"I hate Adobe Acrobat. If I bring up PDF, I can't take a section and copy it and move it to Word. There could be stuff like graphics I don't want. I prefer documents in HTML format so that it's editable."
The following user quotes are from journalists testing the PR area on corporate websites:
"They [PDF files] don't behave like Web pages. It's not the speed. It is like having a solid thing rather than a fluid thing."
"What we've got is a page of a PDF document which is great when printed out, but on the screen it is hard to read. The print is too small…"
"I am a little frustrated with Acrobat… They made every page a file. So what happens here is when you scroll, it jumps, which is really not helpful."
This quote is from an employee who was testing an intranet:
"It would have helped if the first page was an index and you could scroll to it. That must be what this side part means. But who am I to say?"
As the last quote shows, even when a PDF file has its own navigation aides, they don't typically help because they're nonstandard and based on a paper metaphor rather than hypertext navigation.
We've had similar reactions from users in many other studies, including tests of B2B websites where users complained when sites presented product specs or customer success stories in PDF instead of Web pages. Here's a quote from a customer who shunned those parts of the site that were in PDF:
"It looks like I'm going to have to go to PDF, which I'm dreading."

Next Column: Action Items

Given PDF's poor usability for online reading, what are Web designers to do? My next Alertbox will discuss PDF presentation strategies that minimize user suffering.

Earlier Studies

See my Alertbox from June 2001, Avoid PDF for On-Screen Reading, for an earlier analysis of PDF based on the studies I did a few years ago.
The difference between then and now? Not much. Fewer crashes (good), but more user hostility toward PDF because people now have more experience with its usability problems.

Newer Studies

Update 2010: Our new studies keep finding the same problems with PDF in online interfaces.
Find more information on dealing with PDF files without imposing too much of a usability burden on your customers in the full-day course Writing for the Web
Additionally, an in-depth eyetracking report on how users read on the web is available for download.

Failed Microsoft Brands #435: COM+

It was 1998...

What is COM?

Microsoft COM (Component Object Model) technology in the Microsoft Windows-family of Operating Systems enables software components to communicate. COM is used by developers to create re-usable software components, link components together to build applications, and take advantage of Windows services. COM objects can be created with a variety of programming languages. Object-oriented languages, such as C++, provide programming mechanisms that simplify the implementation of COM objects. The family of COM technologies includes COM+, Distributed COM (DCOM) and ActiveX® Controls.
Microsoft provides COM interfaces for many Windows application programming interfaces such as Direct Show, Media Foundation, Packaging API, Windows Animation Manager, Windows Portable Devices, and Microsoft Active Directory (AD).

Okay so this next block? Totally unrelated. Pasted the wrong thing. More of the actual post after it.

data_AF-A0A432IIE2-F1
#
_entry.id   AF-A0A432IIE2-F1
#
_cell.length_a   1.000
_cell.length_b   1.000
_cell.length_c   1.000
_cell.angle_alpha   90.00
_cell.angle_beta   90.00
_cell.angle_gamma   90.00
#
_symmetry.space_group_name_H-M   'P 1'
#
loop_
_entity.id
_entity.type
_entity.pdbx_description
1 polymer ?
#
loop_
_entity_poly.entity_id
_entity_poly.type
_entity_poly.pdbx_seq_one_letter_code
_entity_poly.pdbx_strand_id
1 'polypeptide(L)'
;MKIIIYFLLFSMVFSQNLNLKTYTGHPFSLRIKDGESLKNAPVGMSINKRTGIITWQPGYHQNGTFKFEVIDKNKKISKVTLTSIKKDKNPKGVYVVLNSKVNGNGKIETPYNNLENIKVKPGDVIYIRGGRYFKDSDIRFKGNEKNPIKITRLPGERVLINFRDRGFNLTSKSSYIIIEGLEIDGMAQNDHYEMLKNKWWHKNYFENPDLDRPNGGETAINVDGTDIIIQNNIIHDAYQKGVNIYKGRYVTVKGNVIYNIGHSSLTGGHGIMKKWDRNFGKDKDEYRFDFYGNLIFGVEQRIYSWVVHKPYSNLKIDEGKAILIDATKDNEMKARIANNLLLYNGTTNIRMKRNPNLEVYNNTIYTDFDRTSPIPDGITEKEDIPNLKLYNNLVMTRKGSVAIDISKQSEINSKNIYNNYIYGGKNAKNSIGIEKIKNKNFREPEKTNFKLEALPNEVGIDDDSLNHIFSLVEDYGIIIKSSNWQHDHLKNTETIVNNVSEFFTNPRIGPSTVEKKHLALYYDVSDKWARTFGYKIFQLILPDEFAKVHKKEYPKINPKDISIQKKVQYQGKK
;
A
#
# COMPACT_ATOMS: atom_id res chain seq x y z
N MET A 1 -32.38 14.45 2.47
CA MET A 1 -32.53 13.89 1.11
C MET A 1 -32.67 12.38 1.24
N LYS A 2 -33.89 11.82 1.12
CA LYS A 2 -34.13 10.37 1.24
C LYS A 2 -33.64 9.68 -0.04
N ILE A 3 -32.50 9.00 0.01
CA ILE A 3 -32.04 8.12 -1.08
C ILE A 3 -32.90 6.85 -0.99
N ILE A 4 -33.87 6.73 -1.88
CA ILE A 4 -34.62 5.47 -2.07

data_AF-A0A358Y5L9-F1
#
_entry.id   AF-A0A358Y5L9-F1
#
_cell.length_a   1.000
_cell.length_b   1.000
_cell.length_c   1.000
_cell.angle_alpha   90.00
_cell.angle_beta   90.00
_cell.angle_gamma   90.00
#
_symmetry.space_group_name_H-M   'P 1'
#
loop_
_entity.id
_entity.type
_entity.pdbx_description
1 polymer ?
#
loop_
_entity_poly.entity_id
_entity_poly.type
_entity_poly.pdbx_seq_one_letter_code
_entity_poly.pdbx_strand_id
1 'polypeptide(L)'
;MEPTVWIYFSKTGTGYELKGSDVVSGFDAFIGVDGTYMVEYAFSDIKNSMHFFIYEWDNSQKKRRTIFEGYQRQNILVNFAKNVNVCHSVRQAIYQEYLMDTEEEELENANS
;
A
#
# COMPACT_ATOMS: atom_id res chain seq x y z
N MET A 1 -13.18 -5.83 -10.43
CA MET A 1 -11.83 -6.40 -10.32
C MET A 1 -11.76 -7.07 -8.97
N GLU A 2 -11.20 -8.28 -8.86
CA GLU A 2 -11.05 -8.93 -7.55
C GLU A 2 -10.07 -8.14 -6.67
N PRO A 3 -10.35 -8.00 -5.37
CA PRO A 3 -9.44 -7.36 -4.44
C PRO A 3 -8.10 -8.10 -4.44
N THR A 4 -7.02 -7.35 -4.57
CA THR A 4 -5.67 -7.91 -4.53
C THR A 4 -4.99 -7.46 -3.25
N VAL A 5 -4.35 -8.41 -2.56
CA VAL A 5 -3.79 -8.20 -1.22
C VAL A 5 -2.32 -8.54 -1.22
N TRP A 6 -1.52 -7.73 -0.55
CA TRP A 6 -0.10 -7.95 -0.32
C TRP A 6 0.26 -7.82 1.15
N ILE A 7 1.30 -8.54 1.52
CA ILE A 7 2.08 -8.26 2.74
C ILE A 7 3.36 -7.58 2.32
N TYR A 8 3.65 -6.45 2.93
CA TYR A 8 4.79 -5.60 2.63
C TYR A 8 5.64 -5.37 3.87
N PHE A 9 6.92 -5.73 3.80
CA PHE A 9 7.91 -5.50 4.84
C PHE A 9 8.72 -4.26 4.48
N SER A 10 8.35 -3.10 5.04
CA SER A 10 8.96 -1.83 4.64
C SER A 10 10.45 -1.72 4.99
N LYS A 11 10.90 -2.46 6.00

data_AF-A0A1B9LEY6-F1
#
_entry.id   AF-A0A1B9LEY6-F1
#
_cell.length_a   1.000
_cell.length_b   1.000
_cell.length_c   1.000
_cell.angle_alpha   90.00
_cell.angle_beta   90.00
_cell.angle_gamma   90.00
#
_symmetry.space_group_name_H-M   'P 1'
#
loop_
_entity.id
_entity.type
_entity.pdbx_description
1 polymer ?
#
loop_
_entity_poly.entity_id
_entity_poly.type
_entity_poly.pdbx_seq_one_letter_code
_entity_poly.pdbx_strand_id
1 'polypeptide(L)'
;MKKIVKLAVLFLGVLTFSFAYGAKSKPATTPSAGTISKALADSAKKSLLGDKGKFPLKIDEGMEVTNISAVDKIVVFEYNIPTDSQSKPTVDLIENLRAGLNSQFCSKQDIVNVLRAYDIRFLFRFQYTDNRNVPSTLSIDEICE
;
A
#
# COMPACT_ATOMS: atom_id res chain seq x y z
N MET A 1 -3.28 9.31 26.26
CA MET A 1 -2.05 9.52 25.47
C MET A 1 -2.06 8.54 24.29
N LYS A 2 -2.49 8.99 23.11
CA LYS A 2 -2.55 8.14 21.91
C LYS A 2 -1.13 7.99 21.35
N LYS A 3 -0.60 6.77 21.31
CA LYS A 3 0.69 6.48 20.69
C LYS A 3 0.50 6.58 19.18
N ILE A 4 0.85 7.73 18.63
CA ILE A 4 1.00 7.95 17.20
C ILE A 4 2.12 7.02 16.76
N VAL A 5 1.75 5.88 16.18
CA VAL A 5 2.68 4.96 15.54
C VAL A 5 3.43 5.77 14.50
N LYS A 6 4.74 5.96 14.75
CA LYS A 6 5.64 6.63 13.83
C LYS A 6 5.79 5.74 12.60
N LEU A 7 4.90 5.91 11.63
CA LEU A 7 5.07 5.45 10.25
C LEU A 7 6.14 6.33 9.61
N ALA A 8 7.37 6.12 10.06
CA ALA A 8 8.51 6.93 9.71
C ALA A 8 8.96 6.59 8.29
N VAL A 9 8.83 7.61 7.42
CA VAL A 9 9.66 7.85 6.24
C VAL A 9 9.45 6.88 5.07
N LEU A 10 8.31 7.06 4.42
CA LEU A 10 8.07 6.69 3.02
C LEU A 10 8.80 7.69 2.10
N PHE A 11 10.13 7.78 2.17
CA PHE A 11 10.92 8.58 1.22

COM is used in applications such as the Microsoft Office Family of products. For example COM OLE technology allows Word documents to dynamically link to data in Excel spreadsheets and COM Automation allows users to build scripts in their applications to perform repetitive tasks or control one application from another.

What is COM+?
COM+ is the name of the COM-based services and technologies first released in Windows 2000. COM+ brought together the technology of COM components and the application host of Microsoft Transaction Server (MTS). COM+ automatically handles programming tasks such as resource pooling, disconnected applications, event publication and subscription and distributed transactions.
I want to build a COM or COM+ application. How do I get started?
The best resource for COM developers is the Microsoft Developer Network (MSDN). The MSDN Library contains information for developers on the Microsoft platform including a programming guide for COM development and the COM API programming reference. The Windows API is documented in Win32 and COM Development. You will also find information on COM+.
Using COM from .NET and .NET from COM
The .NET Framework provides bi-directional interoperability with COM, which enables COM-based applications to use .NET components and .NET applications to use COM components. For information on how to access .NET components from COM see To learn how to use COM components from .NET see

64-bit : When Intel followed AMD's lead, or Worse is Better

Also see: Betamax versus VHS

We all know how the x86 was such a success.

x86 is 32-bit.  There was a 16-bit in the early 90s, but that was quickly moved along to 32-bit by the time the Web became a thing that made home computers REALLY popular.

So it was almost a fait acompli that we'd soon move on to 64-bit.

But that transition did not go so smoothly.

Intel had traditionally been the company that established the ISA (Instruction Set Architecture) standards which the competitors (well, AMD) then followed.

Intel tried to do that with IA-64, code named Itanium, in the late 90s.  But they made it way too complicated for the engineers that would have to implement it, and not backwards compatible with lots of 32-bit stuff.  Meanwhile, AMD made a lazy modification of the x86 instruction sets, that could use 64-bit.  It was dubbed AMD64.  This was in 1999.  By 2004, Intel was actually using AMD's ISA and putting its Itanium only on a few specialized chips.  The AMD version was used:

all later Celerons, all newer models of Xeon, all newer models of Pentium Dual-Core processors , the Atom, and all versions of the Pentium DPentium Extreme EditionCore 2Core i7Core i5, and Core i3 processors.

AppData Local LocalLow Roaming